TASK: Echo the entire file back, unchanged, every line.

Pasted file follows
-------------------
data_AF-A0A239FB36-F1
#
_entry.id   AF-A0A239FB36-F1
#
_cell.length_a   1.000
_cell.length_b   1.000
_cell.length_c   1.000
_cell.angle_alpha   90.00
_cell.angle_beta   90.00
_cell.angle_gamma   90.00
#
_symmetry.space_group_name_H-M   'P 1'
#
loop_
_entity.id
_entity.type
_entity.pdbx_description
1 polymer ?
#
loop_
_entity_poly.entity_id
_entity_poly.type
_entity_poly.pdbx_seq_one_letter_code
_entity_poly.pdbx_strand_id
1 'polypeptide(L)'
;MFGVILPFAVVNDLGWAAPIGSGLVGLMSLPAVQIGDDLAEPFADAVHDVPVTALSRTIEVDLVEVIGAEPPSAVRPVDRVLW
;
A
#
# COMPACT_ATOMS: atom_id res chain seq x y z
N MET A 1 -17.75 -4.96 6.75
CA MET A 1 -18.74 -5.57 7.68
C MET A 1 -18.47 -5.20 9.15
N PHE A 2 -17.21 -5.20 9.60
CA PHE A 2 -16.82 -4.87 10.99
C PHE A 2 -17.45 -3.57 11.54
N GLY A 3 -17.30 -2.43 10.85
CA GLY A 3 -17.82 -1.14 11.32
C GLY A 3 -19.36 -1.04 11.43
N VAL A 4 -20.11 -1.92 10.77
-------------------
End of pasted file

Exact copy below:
data_AF-A0A239FB36-F1
#
_entry.id   AF-A0A239FB36-F1
#
_cell.length_a   1.000
_cell.length_b   1.000
_cell.length_c   1.000
_cell.angle_alpha   90.00
_cell.angle_beta   90.00
_cell.angle_gamma   90.00
#
_symmetry.space_group_name_H-M   'P 1'
#
loop_
_entity.id
_entity.type
_entity.pdbx_description
1 polymer ?
#
loop_
_entity_poly.entity_id
_entity_poly.type
_entity_poly.pdbx_seq_one_letter_code
_entity_poly.pdbx_strand_id
1 'polypeptide(L)'
;MFGVILPFAVVNDLGWAAPIGSGLVGLMSLPAVQIGDDLAEPFADAVHDVPVTALSRTIEVDLVEVIGAEPPSAVRPVDRVLW
;
A
#
# COMPACT_ATOMS: atom_id res chain seq x y z
N MET A 1 -17.75 -4.96 6.75
CA MET A 1 -18.74 -5.57 7.68
C MET A 1 -18.47 -5.20 9.15
N PHE A 2 -17.21 -5.20 9.60
CA PHE A 2 -16.82 -4.87 10.99
C PHE A 2 -17.45 -3.57 11.54
N GLY A 3 -17.30 -2.43 10.85
CA GLY A 3 -17.82 -1.14 11.32
C GLY A 3 -19.36 -1.04 11.43
N VAL A 4 -20.11 -1.92 10.77